The general thought is that suicide is wrong, most likely as a result of the core Catholic teaching that suicide is a sin. I think that suicide represents a lack of faith indeed, but that this is the issue, the lack of faith, not so much the presence of an evil act – causing death.
My assessment is that my mate knew his time was up. He had told me previously that he knew that my contacting him in May of 2021 was divinely inspired. He also told me that his job was done here on earth with his research now being at a point that he knew that I would get it (his work) out there. This latter knowledge came about from my commercial assessment that he’d completed enough for me to continue the project. Putting this simply and into personal terms, I’d taken away the backstop that kept him keeping on, so he felt he was now free to ‘top himself’ with the project having been passed on to a pair of safe hands.
So if a man is under health stresses and if he had done decades at this life thing previously what was the actual trigger? It really seems minor now, and only the attending officer will know this if Declan left any note of how he was feeling at the time, but it seems to me that as one goes down, and depression or the spirit of death takes over a man, things go awry in more than one way.
Like with the power that a witchdoctor has by pointing the bone at an individual who goes away, with social ostracism and a guilty conscience, to just wither up and die, so too can one event, be it unforgiveness, or arrogance or whatever bring about death.
I think it is unrealistic to view the words or actions of a dying man in a logical manner as if he has his mind all together until the last moment. The best way that I can show what I mean here is to go through the last few days and weeks of Declan’s life as I knew it, so as you can see how things developed, from my perspective.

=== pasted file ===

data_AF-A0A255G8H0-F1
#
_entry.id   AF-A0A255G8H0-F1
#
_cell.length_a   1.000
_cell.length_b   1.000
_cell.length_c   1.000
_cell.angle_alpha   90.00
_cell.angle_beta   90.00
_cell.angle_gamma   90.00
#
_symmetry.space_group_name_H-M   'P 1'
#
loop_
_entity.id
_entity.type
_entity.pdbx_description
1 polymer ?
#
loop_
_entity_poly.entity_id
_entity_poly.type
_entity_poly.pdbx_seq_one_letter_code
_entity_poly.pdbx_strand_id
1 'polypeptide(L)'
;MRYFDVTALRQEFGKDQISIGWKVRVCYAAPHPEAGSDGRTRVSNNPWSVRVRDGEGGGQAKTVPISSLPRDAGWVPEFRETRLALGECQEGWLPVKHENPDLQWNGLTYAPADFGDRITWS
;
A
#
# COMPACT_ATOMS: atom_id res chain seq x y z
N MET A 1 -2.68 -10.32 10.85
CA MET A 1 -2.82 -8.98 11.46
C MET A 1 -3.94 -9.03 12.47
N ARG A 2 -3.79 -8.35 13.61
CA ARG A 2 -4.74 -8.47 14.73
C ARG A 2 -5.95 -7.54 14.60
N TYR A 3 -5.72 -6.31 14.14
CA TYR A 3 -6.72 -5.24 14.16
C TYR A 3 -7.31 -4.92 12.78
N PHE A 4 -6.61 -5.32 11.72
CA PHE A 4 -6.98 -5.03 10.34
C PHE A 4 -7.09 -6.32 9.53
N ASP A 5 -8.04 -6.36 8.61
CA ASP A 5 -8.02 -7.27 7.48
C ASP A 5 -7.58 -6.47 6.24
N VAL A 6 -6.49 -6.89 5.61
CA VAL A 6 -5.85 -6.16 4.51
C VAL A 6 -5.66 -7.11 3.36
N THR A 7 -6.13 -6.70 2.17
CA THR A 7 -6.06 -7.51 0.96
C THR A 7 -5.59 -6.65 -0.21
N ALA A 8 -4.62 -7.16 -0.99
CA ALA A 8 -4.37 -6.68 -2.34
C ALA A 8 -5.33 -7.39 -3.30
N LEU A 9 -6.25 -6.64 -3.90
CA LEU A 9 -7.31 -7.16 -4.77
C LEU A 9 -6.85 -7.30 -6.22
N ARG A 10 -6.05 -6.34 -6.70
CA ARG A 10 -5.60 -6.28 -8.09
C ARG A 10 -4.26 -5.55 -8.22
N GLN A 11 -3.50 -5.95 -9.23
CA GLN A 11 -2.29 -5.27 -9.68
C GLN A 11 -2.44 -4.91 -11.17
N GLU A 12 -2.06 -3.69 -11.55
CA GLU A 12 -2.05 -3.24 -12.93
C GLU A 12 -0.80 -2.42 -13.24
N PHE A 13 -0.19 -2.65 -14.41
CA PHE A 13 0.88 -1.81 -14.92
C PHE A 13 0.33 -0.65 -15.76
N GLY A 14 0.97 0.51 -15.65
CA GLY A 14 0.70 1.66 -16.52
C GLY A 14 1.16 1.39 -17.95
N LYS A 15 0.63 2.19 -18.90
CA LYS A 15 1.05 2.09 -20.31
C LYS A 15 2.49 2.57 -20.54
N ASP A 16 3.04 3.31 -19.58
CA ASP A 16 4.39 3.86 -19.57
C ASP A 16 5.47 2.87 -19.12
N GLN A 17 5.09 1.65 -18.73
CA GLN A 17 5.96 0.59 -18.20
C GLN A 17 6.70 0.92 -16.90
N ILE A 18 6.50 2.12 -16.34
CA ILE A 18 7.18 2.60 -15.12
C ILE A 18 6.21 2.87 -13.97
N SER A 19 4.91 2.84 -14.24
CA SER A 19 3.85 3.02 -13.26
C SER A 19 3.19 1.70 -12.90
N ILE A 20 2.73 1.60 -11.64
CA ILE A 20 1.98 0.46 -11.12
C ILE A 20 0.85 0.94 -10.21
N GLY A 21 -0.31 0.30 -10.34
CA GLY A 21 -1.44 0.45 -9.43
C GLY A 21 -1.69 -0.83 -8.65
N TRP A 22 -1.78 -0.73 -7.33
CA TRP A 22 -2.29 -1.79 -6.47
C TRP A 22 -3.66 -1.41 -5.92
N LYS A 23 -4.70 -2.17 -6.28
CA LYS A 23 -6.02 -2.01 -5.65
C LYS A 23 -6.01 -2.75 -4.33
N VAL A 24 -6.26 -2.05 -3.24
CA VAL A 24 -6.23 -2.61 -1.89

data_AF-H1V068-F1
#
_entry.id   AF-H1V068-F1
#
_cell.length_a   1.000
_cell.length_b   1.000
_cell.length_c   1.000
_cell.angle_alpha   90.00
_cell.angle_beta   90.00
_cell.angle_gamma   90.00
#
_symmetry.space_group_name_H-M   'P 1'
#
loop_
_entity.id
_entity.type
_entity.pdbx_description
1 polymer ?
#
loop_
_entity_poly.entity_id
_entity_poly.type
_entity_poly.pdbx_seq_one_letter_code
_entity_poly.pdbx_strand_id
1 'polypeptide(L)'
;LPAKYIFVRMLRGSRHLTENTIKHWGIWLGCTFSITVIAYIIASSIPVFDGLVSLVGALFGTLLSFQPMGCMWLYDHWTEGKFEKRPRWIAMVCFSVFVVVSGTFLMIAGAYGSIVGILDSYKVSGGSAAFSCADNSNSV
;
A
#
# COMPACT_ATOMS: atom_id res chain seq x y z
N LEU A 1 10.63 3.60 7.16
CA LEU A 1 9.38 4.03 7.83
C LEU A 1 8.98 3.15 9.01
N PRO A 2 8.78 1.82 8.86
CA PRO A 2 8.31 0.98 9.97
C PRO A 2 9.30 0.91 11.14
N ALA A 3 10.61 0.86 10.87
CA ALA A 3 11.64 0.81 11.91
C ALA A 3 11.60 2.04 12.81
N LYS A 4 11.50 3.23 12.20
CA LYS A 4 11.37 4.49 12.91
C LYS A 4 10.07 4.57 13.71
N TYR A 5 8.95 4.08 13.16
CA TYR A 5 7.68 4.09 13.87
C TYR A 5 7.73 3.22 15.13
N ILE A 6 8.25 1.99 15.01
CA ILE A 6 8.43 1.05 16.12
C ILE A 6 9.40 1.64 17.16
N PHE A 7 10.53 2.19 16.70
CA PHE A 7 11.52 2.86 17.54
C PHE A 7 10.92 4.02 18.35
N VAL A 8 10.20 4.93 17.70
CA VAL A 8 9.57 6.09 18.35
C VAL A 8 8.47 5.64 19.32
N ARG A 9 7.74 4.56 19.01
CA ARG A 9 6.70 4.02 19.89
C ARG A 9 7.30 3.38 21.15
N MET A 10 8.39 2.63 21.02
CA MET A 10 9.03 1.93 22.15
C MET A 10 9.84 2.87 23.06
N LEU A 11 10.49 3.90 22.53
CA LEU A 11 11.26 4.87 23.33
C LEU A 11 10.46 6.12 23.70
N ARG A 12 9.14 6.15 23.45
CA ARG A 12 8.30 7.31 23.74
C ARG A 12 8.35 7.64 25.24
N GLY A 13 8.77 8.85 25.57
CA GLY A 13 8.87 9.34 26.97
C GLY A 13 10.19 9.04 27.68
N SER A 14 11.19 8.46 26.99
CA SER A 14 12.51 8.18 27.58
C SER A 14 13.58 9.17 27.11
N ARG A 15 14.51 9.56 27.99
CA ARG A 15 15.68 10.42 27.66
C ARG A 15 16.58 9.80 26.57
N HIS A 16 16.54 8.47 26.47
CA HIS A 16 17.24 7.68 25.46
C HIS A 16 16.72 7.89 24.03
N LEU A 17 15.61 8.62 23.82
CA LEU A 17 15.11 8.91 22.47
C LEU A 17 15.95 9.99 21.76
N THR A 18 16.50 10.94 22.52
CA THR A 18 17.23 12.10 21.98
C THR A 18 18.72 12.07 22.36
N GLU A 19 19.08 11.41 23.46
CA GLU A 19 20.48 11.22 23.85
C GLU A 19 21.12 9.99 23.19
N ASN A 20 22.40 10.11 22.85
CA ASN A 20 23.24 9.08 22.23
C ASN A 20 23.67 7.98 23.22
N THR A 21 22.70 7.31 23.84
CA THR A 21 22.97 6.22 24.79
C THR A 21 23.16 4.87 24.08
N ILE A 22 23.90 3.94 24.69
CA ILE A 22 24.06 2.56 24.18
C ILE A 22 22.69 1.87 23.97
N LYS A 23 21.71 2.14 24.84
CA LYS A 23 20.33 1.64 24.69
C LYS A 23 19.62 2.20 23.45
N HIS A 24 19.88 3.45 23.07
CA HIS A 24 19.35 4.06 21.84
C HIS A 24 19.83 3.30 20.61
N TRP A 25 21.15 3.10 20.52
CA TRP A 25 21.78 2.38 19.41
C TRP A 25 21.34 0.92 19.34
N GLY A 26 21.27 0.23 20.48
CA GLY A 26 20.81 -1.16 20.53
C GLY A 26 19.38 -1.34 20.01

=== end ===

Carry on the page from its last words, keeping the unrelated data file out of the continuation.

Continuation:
I met Declan online (we never met in person) in mid 2021. He had just done an interview with a high profile American conspiracy researcher and I listened to it. He made comment that he had not yet found a publisher that would take the subject on – “old news, the public had moved on from the MH370 story” sort of thing.
We connected and I undertook to take his script to the point of publishing. My company Writing the Wrong Ltd contracted to do work for him and did it. The relationship developed quite healthily for over a year until the beginning of August 2022. At that point I noticed a major drop-off in Declan’s capacity to produce. His diagnosis of COVID-19 in early August 2022 and flu-like symptoms which he displayed remained until his death, although there was a respite in the last day or two as his anti=biotics kicked in.
Most notable, and something we talked about at length was his inability to retain learning and his reduced capacity to deal with new ideas or information. We ascribed this to his illness at the time and in retrospect I think this was accurate.